Top 20 Takeaways from the 2016 SIBO Summit

Australia’s first SIBO Summit was held in chilly Melbourne on 8th October 2016. I had the absolute pleasure of attending and rubbing shoulders (well, almost!) with Dr Alison Siebecker, my favourite SIBO guru from the USA, Dr Nirala Jacobi, Naturopath and creator of SIBOTest, and Dr Jason Hawrelak, our very own Aussie probiotics advisor. As an added bonus to my recent 3-part SIBO blog series, here are my top 20 takeaways from the day that I hope can help you with your healing journey.

I’m know that a lot of you who read my blog don’t know whether you have SIBO (yet), but if you have a diagnosis of IBS, or if you are suffering with bloating after meals, gas, reflux, constipation or diarrhoea, then the information presented at this summit can most likely help you. So please, do yourself a favour and read on…

 

SIBO Summit 2016 Takeaways

  1. On average, 60% of people who receive an IBS diagnosis actually have SIBO, but they don’t know it yet.
  2. SIBO is an overgrowth of bacteria in the small intestine, regardless of bacteria type.
  3. Overgrowth occurs when one or more of the following protective mechanisms fail: stomach acid, bile or digestive enzymes, the immune system, ileocecal valve, anatomy of the small intestine and the migrating motor complex (MMC).
  4. Food poisoning is the most common cause of SIBO because of its impact on the MMC.
  5. Post-surgical adhesions can impair the MMC and are another root cause of SIBO. These can be treated using visceral mobilisation performed by a trained physiotherapist.
  6. A bad diet will not cause SIBO, and making changes to your diet alone will not heal SIBO.
  7. There is no perfect SIBO diet, however you can start with: SCD/GAPS, Low-FODMAP, Cedars-Sinai, SIBO Specific Food Guide/SIBO Biphasic Diet or Fast Track Digestion. All target reduction in fermentable carbohydrates and need to be tailored to your symptoms.
  8. Low compliance on diet is not ‘make or break’ but normally means more rounds of antimicrobials/antibiotics.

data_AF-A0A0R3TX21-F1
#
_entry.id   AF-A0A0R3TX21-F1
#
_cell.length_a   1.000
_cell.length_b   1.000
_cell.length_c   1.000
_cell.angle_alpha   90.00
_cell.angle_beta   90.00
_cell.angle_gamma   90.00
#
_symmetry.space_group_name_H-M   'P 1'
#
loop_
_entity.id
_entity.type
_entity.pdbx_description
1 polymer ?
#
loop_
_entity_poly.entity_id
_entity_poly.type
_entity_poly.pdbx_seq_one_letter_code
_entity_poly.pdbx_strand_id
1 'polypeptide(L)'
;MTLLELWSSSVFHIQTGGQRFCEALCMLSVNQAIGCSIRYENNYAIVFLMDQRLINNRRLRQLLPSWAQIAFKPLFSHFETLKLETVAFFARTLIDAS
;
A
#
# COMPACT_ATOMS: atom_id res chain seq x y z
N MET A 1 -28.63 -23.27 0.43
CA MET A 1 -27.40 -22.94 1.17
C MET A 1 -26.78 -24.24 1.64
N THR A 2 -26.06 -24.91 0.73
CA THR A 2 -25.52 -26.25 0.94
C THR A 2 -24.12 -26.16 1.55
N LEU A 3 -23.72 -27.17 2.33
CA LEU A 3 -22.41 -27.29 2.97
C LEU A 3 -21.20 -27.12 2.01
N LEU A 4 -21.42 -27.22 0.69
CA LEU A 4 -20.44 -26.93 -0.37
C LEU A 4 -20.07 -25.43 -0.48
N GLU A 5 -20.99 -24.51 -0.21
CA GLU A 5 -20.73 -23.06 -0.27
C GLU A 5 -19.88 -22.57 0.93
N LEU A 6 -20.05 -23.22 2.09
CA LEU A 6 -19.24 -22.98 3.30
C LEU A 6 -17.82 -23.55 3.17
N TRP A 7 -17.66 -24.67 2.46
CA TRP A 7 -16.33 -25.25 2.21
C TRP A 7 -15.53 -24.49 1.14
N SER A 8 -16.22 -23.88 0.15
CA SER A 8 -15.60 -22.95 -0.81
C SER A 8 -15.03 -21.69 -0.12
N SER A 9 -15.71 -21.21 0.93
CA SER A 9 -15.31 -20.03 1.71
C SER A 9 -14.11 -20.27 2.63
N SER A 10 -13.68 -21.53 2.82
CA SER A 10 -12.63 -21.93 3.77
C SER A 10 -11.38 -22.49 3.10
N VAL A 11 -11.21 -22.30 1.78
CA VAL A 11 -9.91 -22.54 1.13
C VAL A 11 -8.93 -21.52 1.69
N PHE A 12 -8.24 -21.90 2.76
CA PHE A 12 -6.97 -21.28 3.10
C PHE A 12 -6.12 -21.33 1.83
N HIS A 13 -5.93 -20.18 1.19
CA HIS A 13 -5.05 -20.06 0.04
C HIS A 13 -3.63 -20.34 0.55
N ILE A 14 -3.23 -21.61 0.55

9. Staying on a low-FODMAP, or other restrictive diet indefinitely is detrimental to your microbiome and your health. These diets were created for short-term use during treatment and the following relapse-prevention period.
  10. Probiotics will not add to your overgrowth or make your SIBO worse. They are transient and will not colonise (hang around) in your small intestine.
  11. Probiotic strains have individualised beneficial effects as they pass through the digestive tract. Some probiotic strains can stimulate the MMC, heal leaky gut, decrease inflammation and have selective antibacterial actions.
  12. Start probiotics when you start treatment and only use helpful strains. Others may cause you issues and are mostly a waste of your time and money.
  13. Prebiotics like lactulose, partially-hydrolyzed guar gum (PHGG) and galacto-oligosaccharides (GOS) can help with removing the overgrowth for some people, when introduced at the beginning of treatment.
  14. In studies, PHGG has been shown to reduce methane production, thus may be beneficial for methane dominant SIBO as a long term prevention strategy and to help with diversifying the microbiome.
  15. Two-thirds of those with SIBO will relapse, mostly because they fail to use a prokinetic within two weeks of finishing treatment.
  16. In cases of chronic relapsing associated with an impaired MMC, a prokinetic may be required indefinitely.
  17. Symptom relapses within a few days of finishing treatment and confirming via breath test that the SIBO has been eradicated are likely not SIBO, but rather a large intestine issue (parasite, bacteria, yeast). Only after two weeks is it probably a SIBO relapse.
  18. If you have SIBO, you’re at risk of also having other gut pathogens in the large intestine and/or the stomach, as well as adrenal and thyroid issues.
  19. Faecal transplants and probiotic enemas will not heal SIBO.
  20. Dr Alison Siebecker is writing a book on establishing the root causes for SIBO. This should be released in 2017.

 

Fascinating stuff right?!? If you have any questions, please reach out via email hello@bellalindemann.com a nd as always, please let me know if there is anything that I can do to support you with your healing journey.

 

 

Bella Lindemann

Bella is a Certified Functional Diagnostic Nutrition® Practitioner who specialises in working with women with gut infections and associated chronic digestive complaints, fatigue and food sensitivities.

3 Comments
  • Linda Davis

    March 27, 2017 at 12:04 pm Reply

    Good information. Thanks!

  • Jan Ball

    June 29, 2017 at 2:52 am Reply

    Great information! Thanks Bella! Do you recall which probiotic is helpful for stimulating the MMC?

    • Bella Lindemann

      July 1, 2017 at 6:16 am Reply

      Thanks Jan – typically I rely on a prokinetic like Iberogast or MotilPro to help stimulate the MMC rather than a specific strain of probiotic. I hope that helps, Bel.

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